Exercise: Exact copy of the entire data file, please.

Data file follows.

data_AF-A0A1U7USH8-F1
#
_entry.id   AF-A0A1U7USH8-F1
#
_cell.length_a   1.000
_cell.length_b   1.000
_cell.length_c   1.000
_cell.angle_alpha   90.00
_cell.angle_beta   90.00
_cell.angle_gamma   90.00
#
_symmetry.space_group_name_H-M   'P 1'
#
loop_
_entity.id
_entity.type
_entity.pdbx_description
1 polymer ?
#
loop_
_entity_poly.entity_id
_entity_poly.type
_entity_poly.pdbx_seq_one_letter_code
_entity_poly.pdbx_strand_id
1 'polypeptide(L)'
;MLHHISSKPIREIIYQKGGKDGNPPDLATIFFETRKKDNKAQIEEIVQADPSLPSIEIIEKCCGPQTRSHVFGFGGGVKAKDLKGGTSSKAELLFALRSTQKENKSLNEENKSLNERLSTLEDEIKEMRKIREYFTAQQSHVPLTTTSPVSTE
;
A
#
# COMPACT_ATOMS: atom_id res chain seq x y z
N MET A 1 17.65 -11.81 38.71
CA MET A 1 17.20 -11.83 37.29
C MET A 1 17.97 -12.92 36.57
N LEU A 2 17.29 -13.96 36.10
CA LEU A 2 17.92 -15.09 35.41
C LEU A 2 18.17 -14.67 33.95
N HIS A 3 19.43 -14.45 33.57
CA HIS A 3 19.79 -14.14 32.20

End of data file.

data_AF-A0A1U7USH8-F1
#
_entry.id   AF-A0A1U7USH8-F1
#
_cell.length_a   1.000
_cell.length_b   1.000
_cell.length_c   1.000
_cell.angle_alpha   90.00
_cell.angle_beta   90.00
_cell.angle_gamma   90.00
#
_symmetry.space_group_name_H-M   'P 1'
#
loop_
_entity.id
_entity.type
_entity.pdbx_description
1 polymer ?
#
loop_
_entity_poly.entity_id
_entity_poly.type
_entity_poly.pdbx_seq_one_letter_code
_entity_poly.pdbx_strand_id
1 'polypeptide(L)'
;MLHHISSKPIREIIYQKGGKDGNPPDLATIFFETRKKDNKAQIEEIVQADPSLPSIEIIEKCCGPQTRSHVFGFGGGVKAKDLKGGTSSKAELLFALRSTQKENKSLNEENKSLNERLSTLEDEIKEMRKIREYFTAQQSHVPLTTTSPVSTE
;
A
#
# COMPACT_ATOMS: atom_id res chain seq x y z
N MET A 1 17.65 -11.81 38.71
CA MET A 1 17.20 -11.83 37.29
C MET A 1 17.97 -12.92 36.57
N LEU A 2 17.29 -13.96 36.10
CA LEU A 2 17.92 -15.09 35.41
C LEU A 2 18.17 -14.67 33.95
N HIS A 3 19.43 -14.45 33.57
CA HIS A 3 19.79 -14.14 32.20